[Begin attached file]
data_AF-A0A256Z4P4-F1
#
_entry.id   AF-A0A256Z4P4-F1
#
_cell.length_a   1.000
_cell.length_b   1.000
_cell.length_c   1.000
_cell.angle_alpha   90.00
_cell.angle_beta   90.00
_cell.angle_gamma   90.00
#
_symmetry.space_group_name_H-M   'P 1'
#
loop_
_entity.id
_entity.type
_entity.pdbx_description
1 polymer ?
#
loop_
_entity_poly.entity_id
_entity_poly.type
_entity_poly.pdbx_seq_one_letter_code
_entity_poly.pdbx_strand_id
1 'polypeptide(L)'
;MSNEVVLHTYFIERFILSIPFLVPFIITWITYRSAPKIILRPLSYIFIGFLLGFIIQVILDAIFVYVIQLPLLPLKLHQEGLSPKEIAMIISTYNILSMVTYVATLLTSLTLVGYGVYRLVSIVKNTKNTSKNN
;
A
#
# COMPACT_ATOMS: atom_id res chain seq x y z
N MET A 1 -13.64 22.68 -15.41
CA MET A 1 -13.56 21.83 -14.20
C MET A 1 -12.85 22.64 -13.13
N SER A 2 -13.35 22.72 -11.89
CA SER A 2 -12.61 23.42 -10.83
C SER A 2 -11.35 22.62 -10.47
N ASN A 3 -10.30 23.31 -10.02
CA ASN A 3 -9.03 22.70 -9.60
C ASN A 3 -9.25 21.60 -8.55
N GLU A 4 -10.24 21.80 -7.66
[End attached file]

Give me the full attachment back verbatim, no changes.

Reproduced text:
data_AF-A0A256Z4P4-F1
#
_entry.id   AF-A0A256Z4P4-F1
#
_cell.length_a   1.000
_cell.length_b   1.000
_cell.length_c   1.000
_cell.angle_alpha   90.00
_cell.angle_beta   90.00
_cell.angle_gamma   90.00
#
_symmetry.space_group_name_H-M   'P 1'
#
loop_
_entity.id
_entity.type
_entity.pdbx_description
1 polymer ?
#
loop_
_entity_poly.entity_id
_entity_poly.type
_entity_poly.pdbx_seq_one_letter_code
_entity_poly.pdbx_strand_id
1 'polypeptide(L)'
;MSNEVVLHTYFIERFILSIPFLVPFIITWITYRSAPKIILRPLSYIFIGFLLGFIIQVILDAIFVYVIQLPLLPLKLHQEGLSPKEIAMIISTYNILSMVTYVATLLTSLTLVGYGVYRLVSIVKNTKNTSKNN
;
A
#
# COMPACT_ATOMS: atom_id res chain seq x y z
N MET A 1 -13.64 22.68 -15.41
CA MET A 1 -13.56 21.83 -14.20
C MET A 1 -12.85 22.64 -13.13
N SER A 2 -13.35 22.72 -11.89
CA SER A 2 -12.61 23.42 -10.83
C SER A 2 -11.35 22.62 -10.47
N ASN A 3 -10.30 23.31 -10.02
CA ASN A 3 -9.03 22.70 -9.60
C ASN A 3 -9.25 21.60 -8.55
N GLU A 4 -10.24 21.80 -7.66